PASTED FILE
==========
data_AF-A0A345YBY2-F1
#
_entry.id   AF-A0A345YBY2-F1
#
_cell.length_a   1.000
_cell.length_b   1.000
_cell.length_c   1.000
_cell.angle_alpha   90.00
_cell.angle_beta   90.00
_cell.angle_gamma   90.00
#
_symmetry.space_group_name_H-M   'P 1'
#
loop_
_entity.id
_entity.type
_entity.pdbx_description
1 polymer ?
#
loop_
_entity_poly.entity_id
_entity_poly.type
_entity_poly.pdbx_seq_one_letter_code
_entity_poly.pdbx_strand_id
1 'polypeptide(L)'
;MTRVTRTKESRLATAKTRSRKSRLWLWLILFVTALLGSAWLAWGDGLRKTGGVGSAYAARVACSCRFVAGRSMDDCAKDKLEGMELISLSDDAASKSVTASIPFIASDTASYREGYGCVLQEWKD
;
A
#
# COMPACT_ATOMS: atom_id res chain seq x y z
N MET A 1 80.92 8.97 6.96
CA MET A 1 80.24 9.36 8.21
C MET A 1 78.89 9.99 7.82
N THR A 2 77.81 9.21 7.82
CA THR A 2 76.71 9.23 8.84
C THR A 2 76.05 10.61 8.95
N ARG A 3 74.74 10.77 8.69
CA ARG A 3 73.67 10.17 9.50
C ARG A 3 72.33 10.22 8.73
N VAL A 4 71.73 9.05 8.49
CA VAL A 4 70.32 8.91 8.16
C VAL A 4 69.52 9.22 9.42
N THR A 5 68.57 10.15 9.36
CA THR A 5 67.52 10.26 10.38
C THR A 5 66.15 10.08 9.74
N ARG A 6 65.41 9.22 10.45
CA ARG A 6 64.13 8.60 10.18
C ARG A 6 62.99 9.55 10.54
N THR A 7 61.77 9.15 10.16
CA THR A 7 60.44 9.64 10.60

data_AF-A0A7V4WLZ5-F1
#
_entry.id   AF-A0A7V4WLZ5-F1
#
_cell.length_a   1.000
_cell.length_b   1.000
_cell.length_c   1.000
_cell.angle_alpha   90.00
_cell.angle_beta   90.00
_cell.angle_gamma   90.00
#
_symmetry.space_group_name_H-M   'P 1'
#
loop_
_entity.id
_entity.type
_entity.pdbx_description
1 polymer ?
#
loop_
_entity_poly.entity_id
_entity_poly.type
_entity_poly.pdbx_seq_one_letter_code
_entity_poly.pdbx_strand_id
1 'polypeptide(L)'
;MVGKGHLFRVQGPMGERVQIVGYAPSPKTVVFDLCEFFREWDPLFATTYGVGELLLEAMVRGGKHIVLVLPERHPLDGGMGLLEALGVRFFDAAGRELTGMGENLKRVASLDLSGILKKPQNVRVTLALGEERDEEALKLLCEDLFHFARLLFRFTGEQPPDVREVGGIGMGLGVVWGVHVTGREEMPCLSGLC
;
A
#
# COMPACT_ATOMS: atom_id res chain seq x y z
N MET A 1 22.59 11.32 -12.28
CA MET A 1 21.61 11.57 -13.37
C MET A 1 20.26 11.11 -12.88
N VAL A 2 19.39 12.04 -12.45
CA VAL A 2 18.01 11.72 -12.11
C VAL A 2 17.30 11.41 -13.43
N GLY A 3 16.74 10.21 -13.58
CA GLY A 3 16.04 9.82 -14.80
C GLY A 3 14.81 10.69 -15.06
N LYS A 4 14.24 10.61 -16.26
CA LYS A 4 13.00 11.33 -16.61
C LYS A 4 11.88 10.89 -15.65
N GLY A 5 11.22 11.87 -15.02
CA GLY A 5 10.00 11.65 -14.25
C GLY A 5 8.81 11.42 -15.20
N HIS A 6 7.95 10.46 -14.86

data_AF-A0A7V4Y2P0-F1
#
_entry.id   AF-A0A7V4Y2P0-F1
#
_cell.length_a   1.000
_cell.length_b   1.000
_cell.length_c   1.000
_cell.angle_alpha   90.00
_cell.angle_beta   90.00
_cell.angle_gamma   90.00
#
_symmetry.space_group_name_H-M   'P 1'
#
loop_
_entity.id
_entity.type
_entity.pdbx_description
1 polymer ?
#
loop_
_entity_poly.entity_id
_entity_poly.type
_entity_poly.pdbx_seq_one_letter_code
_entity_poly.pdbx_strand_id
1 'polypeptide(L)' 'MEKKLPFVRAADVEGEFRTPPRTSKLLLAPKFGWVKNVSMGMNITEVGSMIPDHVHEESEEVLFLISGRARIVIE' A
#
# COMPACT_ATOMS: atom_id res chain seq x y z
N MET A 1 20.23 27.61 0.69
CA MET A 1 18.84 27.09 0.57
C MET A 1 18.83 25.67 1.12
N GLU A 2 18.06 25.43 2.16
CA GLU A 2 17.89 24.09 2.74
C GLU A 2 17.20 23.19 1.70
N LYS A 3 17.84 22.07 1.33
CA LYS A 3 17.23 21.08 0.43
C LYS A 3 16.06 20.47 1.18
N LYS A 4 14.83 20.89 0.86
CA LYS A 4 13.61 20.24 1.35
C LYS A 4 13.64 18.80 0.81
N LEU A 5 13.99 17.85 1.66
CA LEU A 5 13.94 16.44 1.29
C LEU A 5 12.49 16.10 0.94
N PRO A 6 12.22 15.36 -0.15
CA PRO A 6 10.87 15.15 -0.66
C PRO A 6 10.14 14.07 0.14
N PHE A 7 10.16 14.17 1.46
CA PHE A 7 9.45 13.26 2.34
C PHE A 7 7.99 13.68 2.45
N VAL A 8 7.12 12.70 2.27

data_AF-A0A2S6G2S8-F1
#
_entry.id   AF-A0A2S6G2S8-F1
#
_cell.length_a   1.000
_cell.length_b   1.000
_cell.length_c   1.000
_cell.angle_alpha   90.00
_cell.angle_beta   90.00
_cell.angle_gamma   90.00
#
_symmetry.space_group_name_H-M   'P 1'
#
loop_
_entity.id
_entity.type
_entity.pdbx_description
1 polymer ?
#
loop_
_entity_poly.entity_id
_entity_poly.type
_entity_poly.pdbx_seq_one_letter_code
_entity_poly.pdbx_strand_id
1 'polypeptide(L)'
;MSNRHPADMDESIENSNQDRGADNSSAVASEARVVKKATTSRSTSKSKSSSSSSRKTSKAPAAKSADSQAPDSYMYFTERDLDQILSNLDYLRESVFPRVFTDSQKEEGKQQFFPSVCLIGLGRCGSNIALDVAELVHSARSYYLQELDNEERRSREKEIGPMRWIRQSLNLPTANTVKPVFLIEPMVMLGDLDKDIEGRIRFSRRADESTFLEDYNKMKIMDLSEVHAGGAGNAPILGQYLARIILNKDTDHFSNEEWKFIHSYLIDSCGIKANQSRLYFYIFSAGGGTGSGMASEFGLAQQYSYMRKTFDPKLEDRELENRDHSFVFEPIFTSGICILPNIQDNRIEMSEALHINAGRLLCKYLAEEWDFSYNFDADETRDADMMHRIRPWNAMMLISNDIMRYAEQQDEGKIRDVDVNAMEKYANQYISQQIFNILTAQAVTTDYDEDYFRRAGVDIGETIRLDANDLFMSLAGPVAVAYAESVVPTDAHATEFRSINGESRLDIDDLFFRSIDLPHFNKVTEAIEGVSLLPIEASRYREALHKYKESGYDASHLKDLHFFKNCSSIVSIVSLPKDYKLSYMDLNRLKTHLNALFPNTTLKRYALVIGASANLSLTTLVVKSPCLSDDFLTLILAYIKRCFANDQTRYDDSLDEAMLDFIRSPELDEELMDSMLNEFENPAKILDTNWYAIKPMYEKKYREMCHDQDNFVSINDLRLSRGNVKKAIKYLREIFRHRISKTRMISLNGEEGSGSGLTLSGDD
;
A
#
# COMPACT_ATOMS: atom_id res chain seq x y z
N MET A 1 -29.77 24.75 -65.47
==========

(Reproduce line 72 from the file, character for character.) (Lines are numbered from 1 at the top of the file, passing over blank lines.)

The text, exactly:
_entity_poly.type